Wednesday, 28 September 2016


After lunch at the nearby Duchy of Cornwall Nursery of a

Lunch 1

Davidstowe Open Cheese sandwich (very good)

Lunch 2

and a Cheese and Onion Cornish Pasty (ok),

it was off to a National Trust Tudor House at Cotehele near Saltash on our way to Yeovil where we were staying the night.


Entrance path

Parts of this house date from around 1300 although the majority dates from 1485 making it one of the least altered Tudor Houses in England. As well as the house, there is a boathouse and boat on the Quay below and a working mill. Our first impression was of a beautifully kept and unspoilt house.

Inner Courtyard

Being the end of the season, it was reasonably quiet and there were not many visitors inside.

Cotiele House Entrance  Hall 1

Once in the inner courtyard, the door leads into an inner hall where hanging on the wall

Hall false arm

is a most unusual exhibit, namely a false arm made by armourers to replace one lost in battle. The National Trust website provides this additional story

Terrible injuries on the bloody battlefields of Europe in the 16th and 17th centuries led surgeons to design elaborate prostheses for lost limbs. These were usually made by armourers and the moveable fingers in this mechanical vambrace can lock into place, enabling a soldier to grip his reins or sword.

It’s not known how this rare survivor of a brutal period in European history came to Cotehele in Cornwall, but in 1947 the Earl of Mount Edgcumbe related a story of his father’s late-night encounter with this most unusual piece of armour.

Awakened in the middle of the night by a sound of someone breaking a window, the Earl groped his way in the dark, searching for a pair of ancient pistols hanging on the wall of the Banqueting Hall. Suddenly, he felt his wrist tightly gripped by cold fingers. Grappling to free himself, he fled back to his bedroom in horror. The next morning, in braver mood, he discovered that the fingers belonged to the mechanical arm and that the burglar had been a cow, scraping her horns against the window bars.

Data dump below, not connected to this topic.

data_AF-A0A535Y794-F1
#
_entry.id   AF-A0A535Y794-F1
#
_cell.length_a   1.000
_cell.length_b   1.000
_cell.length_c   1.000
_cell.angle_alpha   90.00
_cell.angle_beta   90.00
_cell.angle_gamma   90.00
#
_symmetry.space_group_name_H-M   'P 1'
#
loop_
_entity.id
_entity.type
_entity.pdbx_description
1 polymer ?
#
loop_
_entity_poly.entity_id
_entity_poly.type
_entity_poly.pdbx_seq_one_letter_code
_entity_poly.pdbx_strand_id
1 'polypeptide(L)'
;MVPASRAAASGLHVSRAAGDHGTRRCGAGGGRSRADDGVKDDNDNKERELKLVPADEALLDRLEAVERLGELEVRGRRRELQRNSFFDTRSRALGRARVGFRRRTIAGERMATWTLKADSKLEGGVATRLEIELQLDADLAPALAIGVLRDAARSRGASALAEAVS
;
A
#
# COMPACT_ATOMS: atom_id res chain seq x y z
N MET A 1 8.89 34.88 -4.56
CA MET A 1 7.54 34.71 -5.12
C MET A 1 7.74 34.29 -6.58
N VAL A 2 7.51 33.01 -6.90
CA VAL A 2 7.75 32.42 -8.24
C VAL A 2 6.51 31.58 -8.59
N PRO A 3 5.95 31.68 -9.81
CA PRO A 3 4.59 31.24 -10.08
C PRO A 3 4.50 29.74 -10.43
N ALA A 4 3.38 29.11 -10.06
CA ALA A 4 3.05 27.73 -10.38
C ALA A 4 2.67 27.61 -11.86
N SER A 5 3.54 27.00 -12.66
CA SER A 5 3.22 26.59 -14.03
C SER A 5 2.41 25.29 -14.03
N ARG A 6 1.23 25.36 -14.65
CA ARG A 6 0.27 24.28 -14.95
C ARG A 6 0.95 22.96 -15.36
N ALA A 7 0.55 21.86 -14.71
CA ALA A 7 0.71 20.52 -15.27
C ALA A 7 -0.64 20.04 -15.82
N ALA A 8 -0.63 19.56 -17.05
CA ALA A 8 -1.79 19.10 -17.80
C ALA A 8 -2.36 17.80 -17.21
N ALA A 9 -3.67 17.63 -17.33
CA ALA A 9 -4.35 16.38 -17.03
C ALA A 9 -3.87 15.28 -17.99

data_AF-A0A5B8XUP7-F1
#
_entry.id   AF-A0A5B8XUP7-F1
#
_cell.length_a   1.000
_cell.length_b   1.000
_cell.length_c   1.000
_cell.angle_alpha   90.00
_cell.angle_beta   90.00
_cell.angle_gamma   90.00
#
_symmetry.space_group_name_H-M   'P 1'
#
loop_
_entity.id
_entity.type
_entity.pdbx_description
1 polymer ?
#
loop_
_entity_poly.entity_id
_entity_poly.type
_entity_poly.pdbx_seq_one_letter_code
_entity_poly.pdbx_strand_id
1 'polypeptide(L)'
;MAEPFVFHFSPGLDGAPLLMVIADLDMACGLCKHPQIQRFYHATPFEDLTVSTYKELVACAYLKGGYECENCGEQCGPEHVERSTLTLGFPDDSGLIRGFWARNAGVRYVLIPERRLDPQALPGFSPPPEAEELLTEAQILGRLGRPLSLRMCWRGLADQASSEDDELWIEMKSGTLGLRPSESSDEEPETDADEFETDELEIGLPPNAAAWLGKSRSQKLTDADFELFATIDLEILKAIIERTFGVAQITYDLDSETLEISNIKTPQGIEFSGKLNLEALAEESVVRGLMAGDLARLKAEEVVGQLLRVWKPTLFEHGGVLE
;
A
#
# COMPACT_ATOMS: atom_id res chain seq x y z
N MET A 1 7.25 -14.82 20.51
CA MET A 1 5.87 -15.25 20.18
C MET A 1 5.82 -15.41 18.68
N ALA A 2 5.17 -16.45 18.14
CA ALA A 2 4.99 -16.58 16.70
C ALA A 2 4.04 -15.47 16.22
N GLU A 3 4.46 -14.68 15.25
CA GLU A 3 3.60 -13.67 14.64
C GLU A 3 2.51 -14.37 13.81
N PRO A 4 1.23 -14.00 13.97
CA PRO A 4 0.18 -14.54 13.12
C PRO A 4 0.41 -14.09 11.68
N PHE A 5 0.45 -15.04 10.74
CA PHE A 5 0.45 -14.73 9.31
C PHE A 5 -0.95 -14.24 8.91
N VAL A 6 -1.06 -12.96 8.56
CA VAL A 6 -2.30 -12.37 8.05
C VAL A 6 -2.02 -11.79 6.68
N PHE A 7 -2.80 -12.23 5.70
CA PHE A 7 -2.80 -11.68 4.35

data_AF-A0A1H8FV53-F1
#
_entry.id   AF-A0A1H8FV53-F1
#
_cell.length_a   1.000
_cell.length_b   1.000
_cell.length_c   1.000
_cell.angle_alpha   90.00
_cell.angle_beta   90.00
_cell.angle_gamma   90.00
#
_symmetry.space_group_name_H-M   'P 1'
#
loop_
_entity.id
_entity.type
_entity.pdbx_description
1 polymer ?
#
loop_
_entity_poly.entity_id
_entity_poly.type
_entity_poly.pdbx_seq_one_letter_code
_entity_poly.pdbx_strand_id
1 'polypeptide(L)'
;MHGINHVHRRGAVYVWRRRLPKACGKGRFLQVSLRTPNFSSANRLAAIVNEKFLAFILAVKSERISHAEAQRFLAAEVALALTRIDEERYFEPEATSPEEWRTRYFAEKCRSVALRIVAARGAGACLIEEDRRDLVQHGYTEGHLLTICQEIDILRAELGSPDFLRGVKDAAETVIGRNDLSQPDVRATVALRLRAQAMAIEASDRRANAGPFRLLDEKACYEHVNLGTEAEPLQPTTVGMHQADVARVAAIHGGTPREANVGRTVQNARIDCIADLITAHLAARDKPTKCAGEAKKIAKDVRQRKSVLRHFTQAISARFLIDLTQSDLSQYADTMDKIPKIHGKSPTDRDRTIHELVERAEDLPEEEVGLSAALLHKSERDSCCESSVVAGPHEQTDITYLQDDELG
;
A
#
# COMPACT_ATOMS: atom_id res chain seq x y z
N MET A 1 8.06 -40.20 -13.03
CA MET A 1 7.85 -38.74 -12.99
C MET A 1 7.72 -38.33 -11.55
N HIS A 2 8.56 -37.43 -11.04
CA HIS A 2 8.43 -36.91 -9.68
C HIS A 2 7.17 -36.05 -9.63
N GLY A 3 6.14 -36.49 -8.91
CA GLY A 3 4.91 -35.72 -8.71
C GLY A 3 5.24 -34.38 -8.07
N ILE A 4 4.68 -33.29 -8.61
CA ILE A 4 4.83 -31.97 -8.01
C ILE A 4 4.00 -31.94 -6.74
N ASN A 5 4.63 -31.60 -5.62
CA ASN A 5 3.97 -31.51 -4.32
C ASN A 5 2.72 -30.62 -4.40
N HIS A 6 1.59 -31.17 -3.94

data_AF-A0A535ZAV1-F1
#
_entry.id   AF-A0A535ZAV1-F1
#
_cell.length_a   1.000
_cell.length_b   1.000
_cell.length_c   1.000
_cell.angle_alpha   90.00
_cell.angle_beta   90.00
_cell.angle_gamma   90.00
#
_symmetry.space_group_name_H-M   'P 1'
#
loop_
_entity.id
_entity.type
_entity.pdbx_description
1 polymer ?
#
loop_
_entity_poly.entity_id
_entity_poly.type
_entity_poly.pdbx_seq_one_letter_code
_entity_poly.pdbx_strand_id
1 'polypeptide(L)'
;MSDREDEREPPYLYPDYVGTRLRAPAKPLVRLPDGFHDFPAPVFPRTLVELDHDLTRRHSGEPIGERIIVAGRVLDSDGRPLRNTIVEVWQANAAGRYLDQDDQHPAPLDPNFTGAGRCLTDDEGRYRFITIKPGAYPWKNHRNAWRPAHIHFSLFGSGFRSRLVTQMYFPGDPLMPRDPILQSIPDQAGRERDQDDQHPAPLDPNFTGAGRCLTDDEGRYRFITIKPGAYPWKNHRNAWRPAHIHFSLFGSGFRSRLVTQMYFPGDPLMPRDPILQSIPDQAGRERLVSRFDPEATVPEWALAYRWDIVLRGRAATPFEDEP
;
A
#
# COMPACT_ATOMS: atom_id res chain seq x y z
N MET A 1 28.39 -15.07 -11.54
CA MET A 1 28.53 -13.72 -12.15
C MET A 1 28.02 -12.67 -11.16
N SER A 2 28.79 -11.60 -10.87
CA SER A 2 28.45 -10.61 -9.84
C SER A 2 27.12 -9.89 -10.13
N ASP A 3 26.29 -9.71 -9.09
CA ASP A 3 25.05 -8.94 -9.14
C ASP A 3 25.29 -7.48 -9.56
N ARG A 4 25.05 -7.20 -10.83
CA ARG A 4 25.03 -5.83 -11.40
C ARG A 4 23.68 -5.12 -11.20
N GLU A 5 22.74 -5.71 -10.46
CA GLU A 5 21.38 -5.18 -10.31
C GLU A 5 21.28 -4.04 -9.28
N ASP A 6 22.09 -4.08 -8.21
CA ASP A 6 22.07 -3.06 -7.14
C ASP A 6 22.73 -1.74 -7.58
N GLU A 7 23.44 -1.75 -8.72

Although the Earl was adamant that Cotehele was never haunted, others beg to differ and believe that this atmospheric Tudor house has more than a whiff of the paranormal about it.

When we were researching Cotehele after our visit, we came across a National Trust Website here (set for Cotehele) which enables you to search its collections for images and explanations about the various objects it cares for.

The Cotehele Tapestries

I shall remember the house most for its numerous Tapestries. Whilst I have seen them in better condition elsewhere (Houghton Hall comes to mind), the quantity and the way in which they are still an integral part of the original room was something to remember.

Dining Room 1

There is no electricity in most of the house  and hence we saw them with what little natural

Punch Room 2

light came in through the small windows on a late autumn day and also with the help of torches provided by the volunteer guides in each room.

Dining Room 2

A few of the tapestry have almost equally old mirrors in the middle of them.

Mirror in Tapestry

This tapestry is "Boys Pouring Wine" c 1670 possibly made in London.

White Room Four Poster Bed

Even the four poster bed in The White Room comes with tapestries. There is a lot to see here including a very old original tower clock. 

There is a comprehensive but concise description of Cotehele here and far more to see and enjoy than I have described.

No comments:

Post a Comment